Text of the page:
January 17, 2011

Death Tax Bandage

Guest column submitted by U.S. Senator Mike Crapo

Families should not be forced to sell their farms or small businesses to pay the federal Death Tax when they lose a loved one. Selling off productive farmland and businesses to meet unfair, overly-burdensome tax liabilities reduces jobs and destroys families' financial futures. While the Death Tax must be permanently and fully eliminated, I supported the recent proposal to prevent the tax from springing back to previous burdensome levels for the next two years. In the meantime, Congress must work to permanently eliminate this unreasonable tax.

The Death Tax is a double tax on income already taxed when it was first earned by the decedent, and it is especially burdensome for family farmers and small businesses in rural states, like Idaho. In many areas, farm and ranch land values have increased substantially, making it difficult for families to meet the high Death Tax burden while passing their legacy onto the next generation of family farmers and keeping the land in production. In 2009, Idaho families paid more than $118 million in federal estate taxes, which is more than was paid by families in many neighboring and rural states, such as Montana, Iowa, Nebraska, Wyoming and Arkansas. However, estimates don't encompass the full extent of the burden the Death Tax places on Idaho family farmers and businesses, as many of them go through costly, time-consuming estate planning efforts to ensure that these family farms and businesses can be passed down to future generations, rather than having to be sold off in order to pay the tax burden to the government.

Of all the provisions in the bipartisan tax relief enacted in 2001, the Death Tax is one of the most confusing and frequently-changing provisions. Prior to 2001, the Death Tax was set at a maximum rate of 55 percent, with a $1 million exemption. Under the 2001 legislation, the rate was gradually phased down and the exemption phased up. By 2009, the rate was down to 45 percent, and the exemption was $3.5 million. Under the original legislation, for 2010 only, the rate was zero, before being scheduled to return to the pre-2001 rate and exemption level for 2011 and beyond. This quirk in the law led to unintended incentives requiring Congressional action.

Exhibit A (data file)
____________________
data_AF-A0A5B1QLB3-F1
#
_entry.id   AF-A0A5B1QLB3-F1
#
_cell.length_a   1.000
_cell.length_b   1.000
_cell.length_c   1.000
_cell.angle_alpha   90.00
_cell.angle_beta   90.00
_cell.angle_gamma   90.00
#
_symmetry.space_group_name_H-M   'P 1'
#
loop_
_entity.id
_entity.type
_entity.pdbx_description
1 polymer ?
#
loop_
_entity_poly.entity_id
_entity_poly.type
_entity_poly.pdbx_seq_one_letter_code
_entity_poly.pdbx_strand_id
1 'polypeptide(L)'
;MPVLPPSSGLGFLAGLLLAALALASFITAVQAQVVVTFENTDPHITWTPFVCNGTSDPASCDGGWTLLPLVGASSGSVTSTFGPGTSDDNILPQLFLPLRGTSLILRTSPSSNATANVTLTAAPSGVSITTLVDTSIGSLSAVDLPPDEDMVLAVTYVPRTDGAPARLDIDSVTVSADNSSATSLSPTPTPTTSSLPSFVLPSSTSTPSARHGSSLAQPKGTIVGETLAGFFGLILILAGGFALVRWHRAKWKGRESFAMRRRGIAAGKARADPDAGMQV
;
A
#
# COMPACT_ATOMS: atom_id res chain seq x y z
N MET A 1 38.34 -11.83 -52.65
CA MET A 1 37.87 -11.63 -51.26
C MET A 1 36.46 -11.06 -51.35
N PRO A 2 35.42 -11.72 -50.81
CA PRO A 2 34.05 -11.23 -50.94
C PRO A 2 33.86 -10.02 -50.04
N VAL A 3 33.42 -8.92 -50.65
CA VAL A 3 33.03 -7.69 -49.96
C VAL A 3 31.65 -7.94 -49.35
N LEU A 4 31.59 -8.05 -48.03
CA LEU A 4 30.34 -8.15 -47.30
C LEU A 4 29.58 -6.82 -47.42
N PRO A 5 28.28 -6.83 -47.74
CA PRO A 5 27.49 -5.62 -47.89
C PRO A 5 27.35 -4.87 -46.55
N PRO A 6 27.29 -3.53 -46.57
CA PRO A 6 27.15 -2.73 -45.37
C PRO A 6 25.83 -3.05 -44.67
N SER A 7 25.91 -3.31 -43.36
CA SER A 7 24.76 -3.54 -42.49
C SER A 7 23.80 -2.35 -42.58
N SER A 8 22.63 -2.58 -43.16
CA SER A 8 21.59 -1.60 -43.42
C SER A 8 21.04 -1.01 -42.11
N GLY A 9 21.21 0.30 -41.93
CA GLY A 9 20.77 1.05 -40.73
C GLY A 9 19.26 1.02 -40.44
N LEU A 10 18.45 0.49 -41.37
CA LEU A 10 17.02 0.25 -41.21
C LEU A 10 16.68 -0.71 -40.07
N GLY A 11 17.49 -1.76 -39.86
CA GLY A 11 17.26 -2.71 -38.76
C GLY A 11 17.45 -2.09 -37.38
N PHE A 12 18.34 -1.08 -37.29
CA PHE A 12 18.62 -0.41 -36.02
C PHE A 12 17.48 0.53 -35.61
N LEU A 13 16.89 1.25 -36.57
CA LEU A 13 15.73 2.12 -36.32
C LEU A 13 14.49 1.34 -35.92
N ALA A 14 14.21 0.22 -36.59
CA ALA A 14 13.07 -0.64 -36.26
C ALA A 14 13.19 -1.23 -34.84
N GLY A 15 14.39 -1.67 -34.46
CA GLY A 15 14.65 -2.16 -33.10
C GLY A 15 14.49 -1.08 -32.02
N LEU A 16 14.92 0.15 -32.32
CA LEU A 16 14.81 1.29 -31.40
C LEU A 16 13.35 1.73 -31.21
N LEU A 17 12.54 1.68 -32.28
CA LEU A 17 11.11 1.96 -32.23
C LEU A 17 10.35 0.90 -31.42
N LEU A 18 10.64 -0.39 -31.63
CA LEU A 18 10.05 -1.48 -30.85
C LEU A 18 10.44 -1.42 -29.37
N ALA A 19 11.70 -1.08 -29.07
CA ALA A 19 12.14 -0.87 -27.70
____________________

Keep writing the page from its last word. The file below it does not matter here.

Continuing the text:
Recognizing that the votes were not there in Congress to pass a full repeal of the Death Tax, I supported a proposal to ensure that the tax did not spring back to a 55 percent rate this year. This bipartisan legislation, which is supported by many farm and small business groups in Idaho and across the country, provides for a 35 percent maximum rate and a $5 million exemption, along with a step up in basis for 2011 and 2012.

Unfortunately, this is only a temporary fix, and merely kicks the can down the road. In two years, Congress will again face the decision of what to do about all of the tax relief enacted in 2001. I hope by that time Congress will be responsible enough to enact comprehensive tax reform that will simplify the tax code, broaden the base, lower the rates and make our tax code more competitive for American farms and small businesses competing in the global marketplace.

High federal taxes should not prevent a family farmer, rancher or other business owner from passing the business they developed onto their children and grandchildren. Penalizing productive heritage undercuts efforts to maintain small businesses and local jobs. We must utilize the next two years to eliminate the Death Tax and advance some tax certainty and fairness for the betterment of families, communities and the U.S. economy.

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